Also continuing investigation into fallen chandelier.  Evidence points to sabotage.  Connection between sabotage and disappearance of PdC?  Connection to long-standing legend of Opera Ghost?

Friday Face-Off: Heroic Covers

Today I thought I’d try a different-for-me meme, and join the Friday Face-Off meme, created by Books by Proxy, with weekly topics hosted by Lynn’s Book Blog.  The idea is to put up different covers for one book, and select a favorite.

This week’s theme is ‘I am Aragorn son of Arathorn; and if by life or death I can save you, I will.’ – A cover featuring a hero

One of my favorite bookish heroes is, of course, Alanna the Lioness in Tamora Pierce’s wonderful book series.  I thought I’d highlight the second book in the series, In the Hand of the Goddess, because I’m fascinated by how cover illustrators handle the issue of a female hero disguised as a boy.  The answer is…not very well!

We start here with this rather awful cover, which clearly did not even try to depict Alanna’s disguise.  It’s an action sequence and her hair is the right color, which is about all I can say for it.

This cover graced the library copy I read the very first time I encountered this book, so I have a nostalgic fondness for it.  I like the drama of the moment and the framing of Alanna, as well as the nice detail in the setting.  She at least isn’t showing much figure, but that hair isn’t helping the disguise.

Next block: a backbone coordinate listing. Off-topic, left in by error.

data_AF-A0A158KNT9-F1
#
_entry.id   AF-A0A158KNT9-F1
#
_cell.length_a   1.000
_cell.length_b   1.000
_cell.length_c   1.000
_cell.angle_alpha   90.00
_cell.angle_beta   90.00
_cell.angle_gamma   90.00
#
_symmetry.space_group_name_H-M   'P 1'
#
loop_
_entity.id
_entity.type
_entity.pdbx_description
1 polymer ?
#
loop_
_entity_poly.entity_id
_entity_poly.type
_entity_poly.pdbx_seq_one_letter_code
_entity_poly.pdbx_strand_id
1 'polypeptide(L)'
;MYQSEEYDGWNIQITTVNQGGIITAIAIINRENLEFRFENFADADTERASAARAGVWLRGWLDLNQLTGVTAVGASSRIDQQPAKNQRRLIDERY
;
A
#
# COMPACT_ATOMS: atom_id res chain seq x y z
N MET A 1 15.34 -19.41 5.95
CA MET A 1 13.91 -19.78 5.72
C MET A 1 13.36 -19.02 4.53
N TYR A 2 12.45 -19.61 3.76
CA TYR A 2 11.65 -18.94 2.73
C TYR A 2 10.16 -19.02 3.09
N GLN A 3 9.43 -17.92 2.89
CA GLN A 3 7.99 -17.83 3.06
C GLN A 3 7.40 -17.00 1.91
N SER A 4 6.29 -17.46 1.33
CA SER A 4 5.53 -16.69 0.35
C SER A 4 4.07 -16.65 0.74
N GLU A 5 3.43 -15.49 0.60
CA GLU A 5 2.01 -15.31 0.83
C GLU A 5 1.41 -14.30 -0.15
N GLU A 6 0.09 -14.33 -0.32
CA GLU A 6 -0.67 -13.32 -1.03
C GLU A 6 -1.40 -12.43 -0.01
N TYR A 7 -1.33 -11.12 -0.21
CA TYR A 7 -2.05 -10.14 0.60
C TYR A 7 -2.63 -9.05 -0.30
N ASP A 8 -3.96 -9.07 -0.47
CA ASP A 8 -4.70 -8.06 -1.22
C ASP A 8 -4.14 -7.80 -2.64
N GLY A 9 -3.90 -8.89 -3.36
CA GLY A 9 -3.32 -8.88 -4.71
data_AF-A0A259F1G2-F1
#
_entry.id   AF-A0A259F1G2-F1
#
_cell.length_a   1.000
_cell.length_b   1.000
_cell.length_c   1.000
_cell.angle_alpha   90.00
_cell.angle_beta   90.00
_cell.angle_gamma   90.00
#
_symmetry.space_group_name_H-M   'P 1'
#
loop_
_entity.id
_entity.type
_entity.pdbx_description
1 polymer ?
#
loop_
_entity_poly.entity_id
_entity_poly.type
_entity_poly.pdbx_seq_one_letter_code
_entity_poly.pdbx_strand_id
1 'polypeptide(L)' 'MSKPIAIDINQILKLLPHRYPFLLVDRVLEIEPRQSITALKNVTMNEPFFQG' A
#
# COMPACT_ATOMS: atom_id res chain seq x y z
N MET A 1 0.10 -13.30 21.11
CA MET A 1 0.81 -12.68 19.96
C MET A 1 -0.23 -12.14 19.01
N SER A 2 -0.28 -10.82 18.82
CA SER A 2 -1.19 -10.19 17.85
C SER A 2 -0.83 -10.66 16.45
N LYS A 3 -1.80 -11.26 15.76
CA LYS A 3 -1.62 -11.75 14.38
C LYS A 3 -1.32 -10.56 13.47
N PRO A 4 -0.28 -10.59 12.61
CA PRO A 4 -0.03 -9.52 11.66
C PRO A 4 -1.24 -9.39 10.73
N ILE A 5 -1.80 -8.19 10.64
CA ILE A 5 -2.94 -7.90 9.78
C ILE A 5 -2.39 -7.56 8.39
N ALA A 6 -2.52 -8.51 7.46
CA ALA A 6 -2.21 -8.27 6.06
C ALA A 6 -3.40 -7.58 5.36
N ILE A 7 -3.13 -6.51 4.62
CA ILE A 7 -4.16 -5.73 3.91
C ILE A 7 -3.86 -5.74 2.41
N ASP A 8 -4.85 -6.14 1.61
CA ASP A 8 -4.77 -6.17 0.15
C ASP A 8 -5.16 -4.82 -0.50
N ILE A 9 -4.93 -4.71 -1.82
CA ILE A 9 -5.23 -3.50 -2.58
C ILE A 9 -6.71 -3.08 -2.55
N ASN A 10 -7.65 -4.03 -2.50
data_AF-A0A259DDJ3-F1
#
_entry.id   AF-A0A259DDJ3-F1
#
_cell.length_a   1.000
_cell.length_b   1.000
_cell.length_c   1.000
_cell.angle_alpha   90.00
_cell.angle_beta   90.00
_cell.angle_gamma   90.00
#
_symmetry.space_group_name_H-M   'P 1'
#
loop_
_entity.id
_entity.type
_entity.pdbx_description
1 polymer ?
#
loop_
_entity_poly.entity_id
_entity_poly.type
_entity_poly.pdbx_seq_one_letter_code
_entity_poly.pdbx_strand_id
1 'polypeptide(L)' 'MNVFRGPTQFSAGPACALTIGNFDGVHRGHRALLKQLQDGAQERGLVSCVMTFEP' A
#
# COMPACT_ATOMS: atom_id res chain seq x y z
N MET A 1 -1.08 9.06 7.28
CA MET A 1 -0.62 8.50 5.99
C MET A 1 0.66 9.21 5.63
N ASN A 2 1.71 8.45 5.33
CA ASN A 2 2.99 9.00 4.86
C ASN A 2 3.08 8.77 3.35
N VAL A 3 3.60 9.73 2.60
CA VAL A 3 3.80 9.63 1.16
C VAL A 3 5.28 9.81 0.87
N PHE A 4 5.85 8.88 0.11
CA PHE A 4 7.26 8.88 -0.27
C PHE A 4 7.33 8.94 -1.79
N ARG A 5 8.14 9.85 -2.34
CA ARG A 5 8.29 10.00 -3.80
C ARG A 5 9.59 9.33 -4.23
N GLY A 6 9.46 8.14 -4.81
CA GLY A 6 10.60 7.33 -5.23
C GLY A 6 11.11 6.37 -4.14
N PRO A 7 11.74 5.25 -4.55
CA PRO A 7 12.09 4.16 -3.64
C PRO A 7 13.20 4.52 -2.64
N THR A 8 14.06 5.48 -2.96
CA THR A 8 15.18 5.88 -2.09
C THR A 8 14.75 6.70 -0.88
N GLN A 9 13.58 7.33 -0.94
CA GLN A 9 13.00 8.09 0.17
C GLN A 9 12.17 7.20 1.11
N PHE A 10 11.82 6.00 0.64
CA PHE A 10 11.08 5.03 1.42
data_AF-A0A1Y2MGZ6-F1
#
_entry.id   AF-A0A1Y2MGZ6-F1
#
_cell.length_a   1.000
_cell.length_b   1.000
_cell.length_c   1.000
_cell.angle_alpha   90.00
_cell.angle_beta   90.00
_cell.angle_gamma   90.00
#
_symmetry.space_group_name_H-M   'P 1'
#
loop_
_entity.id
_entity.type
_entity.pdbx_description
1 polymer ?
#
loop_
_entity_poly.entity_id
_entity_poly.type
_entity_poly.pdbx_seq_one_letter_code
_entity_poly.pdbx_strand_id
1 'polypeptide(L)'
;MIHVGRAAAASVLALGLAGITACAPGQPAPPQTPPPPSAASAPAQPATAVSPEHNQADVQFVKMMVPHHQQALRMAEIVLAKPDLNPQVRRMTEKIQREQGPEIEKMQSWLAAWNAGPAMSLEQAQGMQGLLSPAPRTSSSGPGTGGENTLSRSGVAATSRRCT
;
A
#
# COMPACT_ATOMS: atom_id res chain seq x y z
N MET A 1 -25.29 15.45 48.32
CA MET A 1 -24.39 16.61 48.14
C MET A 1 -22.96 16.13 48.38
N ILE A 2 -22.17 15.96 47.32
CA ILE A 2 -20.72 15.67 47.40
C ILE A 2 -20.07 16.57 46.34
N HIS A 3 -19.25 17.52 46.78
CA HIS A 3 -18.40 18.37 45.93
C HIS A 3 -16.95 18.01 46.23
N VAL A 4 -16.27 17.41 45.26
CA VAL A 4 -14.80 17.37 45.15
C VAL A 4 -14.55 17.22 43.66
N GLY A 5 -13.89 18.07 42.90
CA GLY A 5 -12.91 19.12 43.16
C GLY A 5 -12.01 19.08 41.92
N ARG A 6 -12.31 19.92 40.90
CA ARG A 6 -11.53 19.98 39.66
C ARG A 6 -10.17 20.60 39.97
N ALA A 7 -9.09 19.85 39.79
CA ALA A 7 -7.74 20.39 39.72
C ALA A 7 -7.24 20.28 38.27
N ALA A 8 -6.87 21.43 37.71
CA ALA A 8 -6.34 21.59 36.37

This cover wins for the most convincingly androgynous protagonist–she actually could be a girl disguised as a boy, and neither the disguise or the true gender seem impossible.  I like the clothing choice and the sword hilt too.  It’s just too bad she has such a glowery expression!

By contrast this one has a great expression, resolute and defiant, and I like the hair style.  I want to love this cover, probably for the expression alone.  If she was just standing a little less model-like, with a little less figure…well, then I could more easily forgive it for not only getting the color of her magic glow wrong, but also the color of her horse wrong.  And is it really safe to hold a sword like that?